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Alan Gratias is at home at Arts on Main

Photography by Daniel Vaughan

The invitation came when Joanie and I had just settled in Charleston, South Carolina, our ABF (Anywhere but Florida) winter escape destination for the past few years. Judy Kent, the Chairman of Arts on Main (AoM), asked me to a members’ luncheon to plan for the 10th anniversary of the gallery. I accepted pronto because AoM has been close to my heart since its launch in May 2007. For one thing, I knew it to be a thriving co-op with 25 members (and a waiting list) practicing all manner of the visual arts. For another I was the landlord of their premises at 223 Main Street.

It all started with a derelict building. A fire in the 1950s destroyed the third level and disfigured the run of roof lines at the corner of Main and Ross. What had once been a classic three-storey structure that bookended the main commercial block of Picton was now a two-storey rump. Without ornamentation on top, that rump sat deformed against the common wall of its neighbour to the west. But I liked the way the building – previously home to Roblin Motors – asserted its disfigurement so I bought the ugly duckling which had been shuttered for years in September 2005. I had an idea of occupation.

Before moving to the County, I had lived for several years in Lunenburg, Nova Scotia, where there were half a dozen galleries in a town smaller than Picton. Lunenburg and Picton share many characteristics, both shire capitals surrounded by water, settled by United Empire Loyalists, both remote peninsulas with a good supply of heritage houses to be rehabilitated. Despite all their parallel attractions to artists and wayfinders, there was a striking difference in their towns’ commerce. There were no galleries in Picton.

In those days, there were three of us who set out to launch an arts co-op. Terry Williams was an carver of whimsical animations who with his wife Joy had recently pulled up stakes in Toronto for a quieter life in the County. Terry was a folk artist in temperament and in practice. Not only did he march to a different drummer, he was that drummer. The third member of our incubation group was Ann Wood who had also recently relocated to the County after a career in advertising in the Big Smoke. Together, Ann and Terry developed a business plan and a constitution, secured a grant from Prince Edward Lennox and Addington Community Futures Development Corporation, and trickiest of all, won over a skeptical community of artists. As Ann observed, “Co-op galleries are the shooting stars of the art world, bright and hopeful at the outset, but fading quickly.” With the endorsement of the local arts council, and heaps of charm and arm twisting, Ann and Terry persuaded a core group of artists to join the new space in the cultural heart of gritty Picton.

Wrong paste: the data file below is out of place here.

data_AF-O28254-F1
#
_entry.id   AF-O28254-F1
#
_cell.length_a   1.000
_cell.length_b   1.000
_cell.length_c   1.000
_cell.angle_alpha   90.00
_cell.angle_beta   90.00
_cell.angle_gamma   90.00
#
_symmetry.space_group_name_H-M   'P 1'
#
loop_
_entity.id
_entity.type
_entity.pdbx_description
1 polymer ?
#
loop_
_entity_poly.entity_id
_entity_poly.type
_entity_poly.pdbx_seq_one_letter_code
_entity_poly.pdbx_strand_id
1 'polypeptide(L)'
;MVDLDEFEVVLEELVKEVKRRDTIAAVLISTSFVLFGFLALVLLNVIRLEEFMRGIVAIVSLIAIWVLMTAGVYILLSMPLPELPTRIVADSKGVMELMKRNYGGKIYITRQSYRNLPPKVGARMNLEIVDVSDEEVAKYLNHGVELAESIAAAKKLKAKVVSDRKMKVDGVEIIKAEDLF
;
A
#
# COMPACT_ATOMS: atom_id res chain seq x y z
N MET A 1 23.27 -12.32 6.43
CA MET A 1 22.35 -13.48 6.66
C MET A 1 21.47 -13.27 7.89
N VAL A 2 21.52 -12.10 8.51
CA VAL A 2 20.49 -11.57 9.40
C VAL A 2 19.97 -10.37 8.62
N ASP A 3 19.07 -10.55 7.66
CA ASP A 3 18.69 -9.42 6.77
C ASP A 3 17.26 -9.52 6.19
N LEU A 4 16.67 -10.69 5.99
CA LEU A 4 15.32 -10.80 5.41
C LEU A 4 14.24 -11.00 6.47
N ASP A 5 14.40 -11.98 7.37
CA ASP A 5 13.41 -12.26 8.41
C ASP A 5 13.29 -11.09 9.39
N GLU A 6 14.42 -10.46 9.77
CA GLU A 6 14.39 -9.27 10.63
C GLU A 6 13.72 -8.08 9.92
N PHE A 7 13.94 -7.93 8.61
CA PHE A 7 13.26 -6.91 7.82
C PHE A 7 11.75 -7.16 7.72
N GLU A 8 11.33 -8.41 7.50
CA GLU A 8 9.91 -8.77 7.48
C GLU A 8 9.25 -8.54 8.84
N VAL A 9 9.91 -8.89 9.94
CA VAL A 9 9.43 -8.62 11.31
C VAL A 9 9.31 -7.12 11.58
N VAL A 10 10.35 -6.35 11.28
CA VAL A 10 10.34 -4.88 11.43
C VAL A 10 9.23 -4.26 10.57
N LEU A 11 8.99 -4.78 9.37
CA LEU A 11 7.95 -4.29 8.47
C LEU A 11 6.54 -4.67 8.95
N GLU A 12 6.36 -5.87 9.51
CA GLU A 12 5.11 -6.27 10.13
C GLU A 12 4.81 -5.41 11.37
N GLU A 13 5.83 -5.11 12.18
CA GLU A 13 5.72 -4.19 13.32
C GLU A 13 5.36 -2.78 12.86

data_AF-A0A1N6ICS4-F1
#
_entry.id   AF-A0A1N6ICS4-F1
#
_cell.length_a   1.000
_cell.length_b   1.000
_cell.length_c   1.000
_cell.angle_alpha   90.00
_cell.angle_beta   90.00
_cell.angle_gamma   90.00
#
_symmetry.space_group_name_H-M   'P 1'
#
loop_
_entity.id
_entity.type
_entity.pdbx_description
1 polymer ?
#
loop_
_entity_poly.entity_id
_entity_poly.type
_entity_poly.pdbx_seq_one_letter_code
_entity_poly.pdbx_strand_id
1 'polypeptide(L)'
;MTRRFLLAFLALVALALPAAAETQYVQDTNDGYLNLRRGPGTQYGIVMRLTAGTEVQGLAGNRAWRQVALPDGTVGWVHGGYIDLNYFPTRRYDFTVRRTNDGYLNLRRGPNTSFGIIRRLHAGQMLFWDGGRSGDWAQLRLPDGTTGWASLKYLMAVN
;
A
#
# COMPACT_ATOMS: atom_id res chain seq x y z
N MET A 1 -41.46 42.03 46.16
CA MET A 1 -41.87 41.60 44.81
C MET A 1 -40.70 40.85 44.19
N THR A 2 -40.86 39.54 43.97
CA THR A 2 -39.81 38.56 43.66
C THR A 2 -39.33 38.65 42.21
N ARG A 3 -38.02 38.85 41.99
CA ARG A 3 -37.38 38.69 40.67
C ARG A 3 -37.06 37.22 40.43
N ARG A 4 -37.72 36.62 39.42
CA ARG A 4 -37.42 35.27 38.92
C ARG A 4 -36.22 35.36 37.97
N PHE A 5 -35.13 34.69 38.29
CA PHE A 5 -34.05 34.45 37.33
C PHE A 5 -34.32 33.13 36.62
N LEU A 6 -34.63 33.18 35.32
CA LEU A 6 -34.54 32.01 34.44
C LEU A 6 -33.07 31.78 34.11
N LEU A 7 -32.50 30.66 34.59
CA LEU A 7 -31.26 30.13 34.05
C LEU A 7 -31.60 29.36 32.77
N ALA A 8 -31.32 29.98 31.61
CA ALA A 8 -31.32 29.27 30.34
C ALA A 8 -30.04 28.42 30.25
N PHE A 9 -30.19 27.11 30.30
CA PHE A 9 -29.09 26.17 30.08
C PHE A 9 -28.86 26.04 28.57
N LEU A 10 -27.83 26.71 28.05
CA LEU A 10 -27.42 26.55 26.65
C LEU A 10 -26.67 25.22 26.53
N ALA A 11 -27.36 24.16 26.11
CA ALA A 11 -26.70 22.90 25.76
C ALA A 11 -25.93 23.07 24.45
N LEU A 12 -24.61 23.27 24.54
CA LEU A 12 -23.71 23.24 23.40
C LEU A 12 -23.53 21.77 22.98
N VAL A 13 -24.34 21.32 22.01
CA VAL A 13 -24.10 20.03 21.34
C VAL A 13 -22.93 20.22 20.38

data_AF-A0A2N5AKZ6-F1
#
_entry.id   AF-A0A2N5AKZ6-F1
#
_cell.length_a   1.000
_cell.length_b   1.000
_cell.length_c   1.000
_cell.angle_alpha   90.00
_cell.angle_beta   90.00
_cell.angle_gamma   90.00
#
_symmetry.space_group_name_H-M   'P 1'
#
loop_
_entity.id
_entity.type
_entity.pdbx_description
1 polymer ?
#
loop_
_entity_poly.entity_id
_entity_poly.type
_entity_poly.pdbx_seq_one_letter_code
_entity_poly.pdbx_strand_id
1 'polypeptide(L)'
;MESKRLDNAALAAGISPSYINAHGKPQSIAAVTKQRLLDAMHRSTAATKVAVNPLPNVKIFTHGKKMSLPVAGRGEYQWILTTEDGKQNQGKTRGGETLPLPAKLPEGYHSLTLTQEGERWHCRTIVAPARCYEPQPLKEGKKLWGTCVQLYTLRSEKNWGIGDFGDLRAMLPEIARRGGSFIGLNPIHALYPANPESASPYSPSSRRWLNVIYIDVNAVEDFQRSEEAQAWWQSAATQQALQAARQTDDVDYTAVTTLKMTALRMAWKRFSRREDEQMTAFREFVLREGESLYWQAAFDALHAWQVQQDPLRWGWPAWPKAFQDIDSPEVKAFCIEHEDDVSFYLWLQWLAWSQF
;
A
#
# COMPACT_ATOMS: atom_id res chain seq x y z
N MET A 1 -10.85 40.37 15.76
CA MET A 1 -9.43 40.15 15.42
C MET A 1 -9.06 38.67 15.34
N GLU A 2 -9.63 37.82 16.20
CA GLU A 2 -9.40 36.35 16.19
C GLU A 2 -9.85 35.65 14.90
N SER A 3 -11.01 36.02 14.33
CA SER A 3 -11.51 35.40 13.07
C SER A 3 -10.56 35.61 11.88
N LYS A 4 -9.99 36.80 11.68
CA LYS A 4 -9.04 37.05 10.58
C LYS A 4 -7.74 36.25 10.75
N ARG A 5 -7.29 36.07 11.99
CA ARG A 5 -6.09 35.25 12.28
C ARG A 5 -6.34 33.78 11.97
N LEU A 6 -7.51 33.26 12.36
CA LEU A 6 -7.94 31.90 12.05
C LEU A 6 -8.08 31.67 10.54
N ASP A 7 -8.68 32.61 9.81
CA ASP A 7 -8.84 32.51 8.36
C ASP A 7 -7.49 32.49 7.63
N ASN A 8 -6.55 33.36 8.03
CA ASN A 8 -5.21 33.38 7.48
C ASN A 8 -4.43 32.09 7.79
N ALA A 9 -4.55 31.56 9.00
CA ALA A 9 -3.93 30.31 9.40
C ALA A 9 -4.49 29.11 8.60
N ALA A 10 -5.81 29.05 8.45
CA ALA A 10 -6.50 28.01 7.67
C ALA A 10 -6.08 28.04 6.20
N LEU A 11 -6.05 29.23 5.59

My job was to deliver a worthy auditorium for the new venture. I removed the interior pillars, upgraded the electricity and plumbing, installed new windows and a maple and birch floor. When the entire space was painted in pearl button white, the old Chrysler showroom was transformed to Manhattan chic.

AoM officially opened on May 18, 2007. Terry, Ann, and I along with Mayor Leo Finnegan cut the ribbon under the banner, “Once a showroom, always a showroom.” A diverse group of 27 artists made a commitment to support the gallery with their membership and staffing ’year-round and not just during the tourist-rich summer months. Their media included many forms, from blown glass to jewellery and painting, to photography and fibre to sculpture, porcelain, and folk art. A hundred guests, artists, family, and friends raised a champagne toast to the sparkling transformation of Roblin Motors. Twelve pieces sold the opening night.

Now, a decade later, I was on my way to the gallery for a members’ luncheon to plan for the 10th anniversary celebration. That downtown corner proudly facing the Monarchs of Main Street, the Regent Theatre, the Carnegie library, and the Armoury, is about to welcome a reborn Royal Hotel down the street. AoM has flourished since that first spring and summer of 2007. It has become a destination for the expanding arts scene in the County with salons, art classes, and new shows every few months. Sales have increased as the word spread about the quality of work available under the green and red awning. Gross sales have exceeded all expectations with 80 per cent going back to the artists, validating the original business model of low commissions and monthly membership fees. Terry’s mantra was, “The essence of a co-operative gallery is when you are just as happy to sell others’ work as your own.”

I arrived at the gallery at noon on the last day in February with the temperature at 10 degrees. Arriving members were stacking art work for the spring show ‘March into May,’ opening the next day. The hardwood floors glistened in new coats of urethane and the walls shone in fresh paint. Members David Drown, a potter, Pat Hayes, a woodworker, and Ron Pickering, a painter were busy doing touch-ups to the walls and dozens of new plinths and dividers to mount the new show. Judy Kent called the meeting to order as we sat in a semi-circle munching cut sandwiches and brownies. There was a camaraderie and joviality around the discussions for the 10th anniversary in May linked to Canada’s sesquicentennial a few months later in July.

After 10 years of building its reputation and strutting its talent on the corner of Ross and Main, AoM has become a landmark and anchor in the flourishing art scene that is Prince Edward County.